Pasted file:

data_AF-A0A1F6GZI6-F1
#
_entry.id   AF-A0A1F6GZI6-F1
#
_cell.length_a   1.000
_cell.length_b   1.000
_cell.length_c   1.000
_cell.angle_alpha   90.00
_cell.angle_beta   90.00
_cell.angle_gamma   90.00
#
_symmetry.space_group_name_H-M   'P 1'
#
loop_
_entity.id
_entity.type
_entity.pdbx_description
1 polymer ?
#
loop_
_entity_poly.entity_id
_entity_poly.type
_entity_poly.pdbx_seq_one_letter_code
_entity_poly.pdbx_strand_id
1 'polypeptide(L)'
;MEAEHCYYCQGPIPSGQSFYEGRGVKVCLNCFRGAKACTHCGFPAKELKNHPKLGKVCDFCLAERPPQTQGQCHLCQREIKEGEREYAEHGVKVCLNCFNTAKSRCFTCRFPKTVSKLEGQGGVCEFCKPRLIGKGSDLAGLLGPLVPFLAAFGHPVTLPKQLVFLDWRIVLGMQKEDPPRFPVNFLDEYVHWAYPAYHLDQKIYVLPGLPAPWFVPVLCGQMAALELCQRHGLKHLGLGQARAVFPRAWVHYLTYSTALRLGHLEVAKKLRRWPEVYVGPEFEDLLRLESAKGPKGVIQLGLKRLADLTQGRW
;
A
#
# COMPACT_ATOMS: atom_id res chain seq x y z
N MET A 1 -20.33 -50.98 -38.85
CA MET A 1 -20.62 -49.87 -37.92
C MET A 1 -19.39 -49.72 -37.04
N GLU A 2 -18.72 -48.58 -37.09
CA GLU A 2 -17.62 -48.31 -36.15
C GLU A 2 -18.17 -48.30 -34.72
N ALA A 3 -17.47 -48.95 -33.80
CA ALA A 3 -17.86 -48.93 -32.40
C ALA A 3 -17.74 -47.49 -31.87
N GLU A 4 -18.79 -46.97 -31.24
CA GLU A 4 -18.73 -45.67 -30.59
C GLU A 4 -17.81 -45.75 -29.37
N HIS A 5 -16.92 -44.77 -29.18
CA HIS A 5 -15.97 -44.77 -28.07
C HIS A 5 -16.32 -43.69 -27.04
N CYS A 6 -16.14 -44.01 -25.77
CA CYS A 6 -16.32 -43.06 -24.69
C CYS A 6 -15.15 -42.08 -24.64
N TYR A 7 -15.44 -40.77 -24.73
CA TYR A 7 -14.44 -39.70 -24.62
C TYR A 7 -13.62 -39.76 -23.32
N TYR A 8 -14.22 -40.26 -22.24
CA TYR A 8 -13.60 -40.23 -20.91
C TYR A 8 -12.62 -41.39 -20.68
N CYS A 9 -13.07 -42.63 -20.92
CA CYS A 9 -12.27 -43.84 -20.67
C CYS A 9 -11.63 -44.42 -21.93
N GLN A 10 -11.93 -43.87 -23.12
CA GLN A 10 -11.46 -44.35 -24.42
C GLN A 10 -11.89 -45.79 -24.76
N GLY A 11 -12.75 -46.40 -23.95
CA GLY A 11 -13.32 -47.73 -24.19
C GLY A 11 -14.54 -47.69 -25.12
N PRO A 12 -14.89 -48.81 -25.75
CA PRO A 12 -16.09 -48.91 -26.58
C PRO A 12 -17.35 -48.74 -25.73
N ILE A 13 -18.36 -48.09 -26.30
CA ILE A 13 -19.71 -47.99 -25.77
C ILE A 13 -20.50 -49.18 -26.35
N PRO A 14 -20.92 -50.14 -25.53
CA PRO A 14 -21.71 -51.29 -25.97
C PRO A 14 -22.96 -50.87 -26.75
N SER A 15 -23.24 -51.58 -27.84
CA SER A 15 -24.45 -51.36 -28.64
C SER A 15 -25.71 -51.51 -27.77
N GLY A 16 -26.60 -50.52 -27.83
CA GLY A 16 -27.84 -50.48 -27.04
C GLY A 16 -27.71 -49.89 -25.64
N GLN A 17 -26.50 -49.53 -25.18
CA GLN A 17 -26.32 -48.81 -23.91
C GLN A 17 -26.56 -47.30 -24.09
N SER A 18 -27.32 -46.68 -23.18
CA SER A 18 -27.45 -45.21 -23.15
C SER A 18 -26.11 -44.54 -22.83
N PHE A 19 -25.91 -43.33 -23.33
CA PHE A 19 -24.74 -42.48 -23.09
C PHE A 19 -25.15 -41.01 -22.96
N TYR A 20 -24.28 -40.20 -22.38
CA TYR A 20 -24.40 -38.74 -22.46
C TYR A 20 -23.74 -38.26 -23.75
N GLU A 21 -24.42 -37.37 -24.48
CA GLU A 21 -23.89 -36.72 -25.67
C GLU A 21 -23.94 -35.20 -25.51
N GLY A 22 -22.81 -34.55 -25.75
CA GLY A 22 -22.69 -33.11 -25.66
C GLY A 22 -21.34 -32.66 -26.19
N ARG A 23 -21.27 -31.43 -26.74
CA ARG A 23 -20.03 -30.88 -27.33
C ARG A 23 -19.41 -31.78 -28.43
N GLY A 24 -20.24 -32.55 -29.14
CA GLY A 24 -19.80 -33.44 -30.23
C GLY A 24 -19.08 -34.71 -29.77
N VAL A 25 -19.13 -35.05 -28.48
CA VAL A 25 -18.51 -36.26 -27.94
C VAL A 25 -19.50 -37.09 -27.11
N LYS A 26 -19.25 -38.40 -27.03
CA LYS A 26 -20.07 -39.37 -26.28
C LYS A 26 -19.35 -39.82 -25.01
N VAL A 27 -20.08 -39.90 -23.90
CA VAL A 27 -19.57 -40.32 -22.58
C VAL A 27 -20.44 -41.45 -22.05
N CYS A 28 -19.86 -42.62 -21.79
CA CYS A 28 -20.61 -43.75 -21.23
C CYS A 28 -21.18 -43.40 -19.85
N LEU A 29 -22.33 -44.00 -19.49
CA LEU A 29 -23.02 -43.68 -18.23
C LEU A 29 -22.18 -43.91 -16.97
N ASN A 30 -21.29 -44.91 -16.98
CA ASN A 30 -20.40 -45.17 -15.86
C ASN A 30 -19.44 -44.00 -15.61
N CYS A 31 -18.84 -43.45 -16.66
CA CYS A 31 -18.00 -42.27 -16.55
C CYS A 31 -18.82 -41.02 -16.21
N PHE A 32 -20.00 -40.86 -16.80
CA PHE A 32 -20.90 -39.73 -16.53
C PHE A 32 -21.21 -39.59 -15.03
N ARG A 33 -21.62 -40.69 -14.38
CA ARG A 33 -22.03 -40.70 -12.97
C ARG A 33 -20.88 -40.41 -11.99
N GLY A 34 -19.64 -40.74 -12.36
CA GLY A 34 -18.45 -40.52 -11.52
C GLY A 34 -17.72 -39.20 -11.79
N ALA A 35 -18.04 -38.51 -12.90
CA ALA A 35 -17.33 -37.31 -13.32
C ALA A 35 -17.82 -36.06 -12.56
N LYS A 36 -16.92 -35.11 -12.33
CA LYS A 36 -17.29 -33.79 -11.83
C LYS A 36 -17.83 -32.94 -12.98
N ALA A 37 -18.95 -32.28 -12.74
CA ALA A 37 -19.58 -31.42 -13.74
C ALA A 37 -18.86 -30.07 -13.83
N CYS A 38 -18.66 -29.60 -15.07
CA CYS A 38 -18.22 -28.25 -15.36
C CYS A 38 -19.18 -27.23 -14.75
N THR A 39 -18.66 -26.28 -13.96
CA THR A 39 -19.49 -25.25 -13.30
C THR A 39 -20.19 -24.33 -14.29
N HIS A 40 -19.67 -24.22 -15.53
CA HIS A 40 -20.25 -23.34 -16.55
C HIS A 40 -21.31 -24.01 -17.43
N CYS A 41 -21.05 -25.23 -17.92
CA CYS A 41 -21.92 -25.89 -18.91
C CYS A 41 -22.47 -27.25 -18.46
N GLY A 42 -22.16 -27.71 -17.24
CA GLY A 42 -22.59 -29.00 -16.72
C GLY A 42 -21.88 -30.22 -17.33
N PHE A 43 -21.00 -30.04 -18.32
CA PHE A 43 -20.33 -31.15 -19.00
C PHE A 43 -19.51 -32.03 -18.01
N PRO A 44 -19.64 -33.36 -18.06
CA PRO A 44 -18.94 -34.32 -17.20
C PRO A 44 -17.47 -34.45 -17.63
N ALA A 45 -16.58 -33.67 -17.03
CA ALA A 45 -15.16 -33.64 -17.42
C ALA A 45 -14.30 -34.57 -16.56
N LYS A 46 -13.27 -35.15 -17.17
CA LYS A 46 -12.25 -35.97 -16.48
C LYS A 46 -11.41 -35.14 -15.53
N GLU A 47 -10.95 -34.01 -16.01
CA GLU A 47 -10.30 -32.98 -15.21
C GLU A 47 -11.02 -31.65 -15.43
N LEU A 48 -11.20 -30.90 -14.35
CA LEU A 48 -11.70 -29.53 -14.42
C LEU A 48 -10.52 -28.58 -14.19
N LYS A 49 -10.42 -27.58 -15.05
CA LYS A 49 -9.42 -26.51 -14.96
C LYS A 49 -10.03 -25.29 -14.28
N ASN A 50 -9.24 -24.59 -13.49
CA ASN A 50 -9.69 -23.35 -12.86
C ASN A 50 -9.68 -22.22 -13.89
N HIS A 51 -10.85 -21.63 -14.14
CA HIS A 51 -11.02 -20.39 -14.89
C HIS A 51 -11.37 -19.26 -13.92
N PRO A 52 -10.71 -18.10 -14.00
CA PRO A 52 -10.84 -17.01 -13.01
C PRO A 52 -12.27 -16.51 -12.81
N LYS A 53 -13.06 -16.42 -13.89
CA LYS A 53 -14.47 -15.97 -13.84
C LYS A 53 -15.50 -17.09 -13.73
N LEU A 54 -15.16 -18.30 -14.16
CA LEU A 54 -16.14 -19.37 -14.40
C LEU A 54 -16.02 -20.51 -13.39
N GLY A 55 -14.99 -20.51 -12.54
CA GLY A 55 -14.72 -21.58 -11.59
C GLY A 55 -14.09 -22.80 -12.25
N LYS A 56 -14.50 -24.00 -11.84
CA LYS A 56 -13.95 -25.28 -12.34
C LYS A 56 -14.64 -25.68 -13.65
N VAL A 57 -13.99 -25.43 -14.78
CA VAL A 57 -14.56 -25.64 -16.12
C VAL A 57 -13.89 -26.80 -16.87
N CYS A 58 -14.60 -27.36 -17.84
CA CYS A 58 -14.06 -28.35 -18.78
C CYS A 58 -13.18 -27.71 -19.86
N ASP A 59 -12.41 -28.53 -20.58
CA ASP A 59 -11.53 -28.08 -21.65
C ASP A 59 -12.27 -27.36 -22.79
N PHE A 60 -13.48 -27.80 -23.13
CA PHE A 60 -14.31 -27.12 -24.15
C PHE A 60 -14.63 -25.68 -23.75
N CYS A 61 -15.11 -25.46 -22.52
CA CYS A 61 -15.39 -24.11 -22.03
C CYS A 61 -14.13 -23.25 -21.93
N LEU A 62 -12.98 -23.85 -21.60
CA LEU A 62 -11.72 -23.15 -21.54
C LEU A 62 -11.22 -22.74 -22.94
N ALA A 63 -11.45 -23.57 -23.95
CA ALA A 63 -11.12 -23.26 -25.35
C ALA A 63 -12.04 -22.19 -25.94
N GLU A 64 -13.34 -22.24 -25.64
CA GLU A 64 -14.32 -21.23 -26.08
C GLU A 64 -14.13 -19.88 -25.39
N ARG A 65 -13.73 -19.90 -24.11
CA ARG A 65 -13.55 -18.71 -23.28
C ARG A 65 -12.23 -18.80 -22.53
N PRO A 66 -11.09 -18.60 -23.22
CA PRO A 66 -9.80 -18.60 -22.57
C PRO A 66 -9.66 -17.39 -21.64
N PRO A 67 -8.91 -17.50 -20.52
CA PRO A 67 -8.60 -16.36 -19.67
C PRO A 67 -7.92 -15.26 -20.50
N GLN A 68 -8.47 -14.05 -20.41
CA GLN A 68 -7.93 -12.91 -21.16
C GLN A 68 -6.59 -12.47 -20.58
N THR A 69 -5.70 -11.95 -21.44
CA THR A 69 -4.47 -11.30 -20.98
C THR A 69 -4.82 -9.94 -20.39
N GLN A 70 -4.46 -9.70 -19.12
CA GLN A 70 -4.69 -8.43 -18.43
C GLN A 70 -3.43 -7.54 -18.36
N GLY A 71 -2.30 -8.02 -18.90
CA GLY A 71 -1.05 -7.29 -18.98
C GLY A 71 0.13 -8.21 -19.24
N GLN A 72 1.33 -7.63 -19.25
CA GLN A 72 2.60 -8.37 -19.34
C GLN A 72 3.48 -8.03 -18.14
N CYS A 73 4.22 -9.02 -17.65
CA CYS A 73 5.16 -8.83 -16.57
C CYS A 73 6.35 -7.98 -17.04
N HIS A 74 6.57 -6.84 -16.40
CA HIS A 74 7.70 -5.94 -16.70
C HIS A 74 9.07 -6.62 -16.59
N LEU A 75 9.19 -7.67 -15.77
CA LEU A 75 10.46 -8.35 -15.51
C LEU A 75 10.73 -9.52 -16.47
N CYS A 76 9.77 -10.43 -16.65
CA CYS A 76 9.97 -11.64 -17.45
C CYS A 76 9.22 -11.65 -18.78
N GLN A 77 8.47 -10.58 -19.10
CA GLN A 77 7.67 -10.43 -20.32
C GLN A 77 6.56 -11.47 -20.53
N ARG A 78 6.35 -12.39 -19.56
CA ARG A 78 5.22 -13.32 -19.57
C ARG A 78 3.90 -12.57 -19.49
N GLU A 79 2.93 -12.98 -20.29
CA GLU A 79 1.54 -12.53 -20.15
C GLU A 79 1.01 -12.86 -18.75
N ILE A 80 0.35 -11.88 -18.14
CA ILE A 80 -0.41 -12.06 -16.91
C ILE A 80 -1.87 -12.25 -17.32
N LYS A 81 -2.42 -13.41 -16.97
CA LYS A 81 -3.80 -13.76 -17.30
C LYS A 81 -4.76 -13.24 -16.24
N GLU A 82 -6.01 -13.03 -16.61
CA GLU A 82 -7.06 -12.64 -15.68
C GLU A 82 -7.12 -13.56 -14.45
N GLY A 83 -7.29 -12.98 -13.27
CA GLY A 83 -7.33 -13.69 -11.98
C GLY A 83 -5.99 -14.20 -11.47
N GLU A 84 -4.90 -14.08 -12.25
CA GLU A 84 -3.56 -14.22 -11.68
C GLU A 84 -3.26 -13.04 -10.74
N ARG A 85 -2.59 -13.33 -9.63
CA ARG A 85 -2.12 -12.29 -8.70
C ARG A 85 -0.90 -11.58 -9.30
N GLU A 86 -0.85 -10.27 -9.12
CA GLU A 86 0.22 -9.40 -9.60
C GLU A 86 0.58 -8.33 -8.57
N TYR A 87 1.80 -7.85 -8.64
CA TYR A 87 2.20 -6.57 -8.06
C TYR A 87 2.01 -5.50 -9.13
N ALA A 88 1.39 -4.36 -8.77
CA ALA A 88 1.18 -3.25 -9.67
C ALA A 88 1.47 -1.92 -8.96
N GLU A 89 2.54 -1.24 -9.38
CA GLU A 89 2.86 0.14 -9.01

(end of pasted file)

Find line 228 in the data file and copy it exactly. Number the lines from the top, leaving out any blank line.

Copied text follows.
C PRO A 66 -9.66 -17.39 -21.64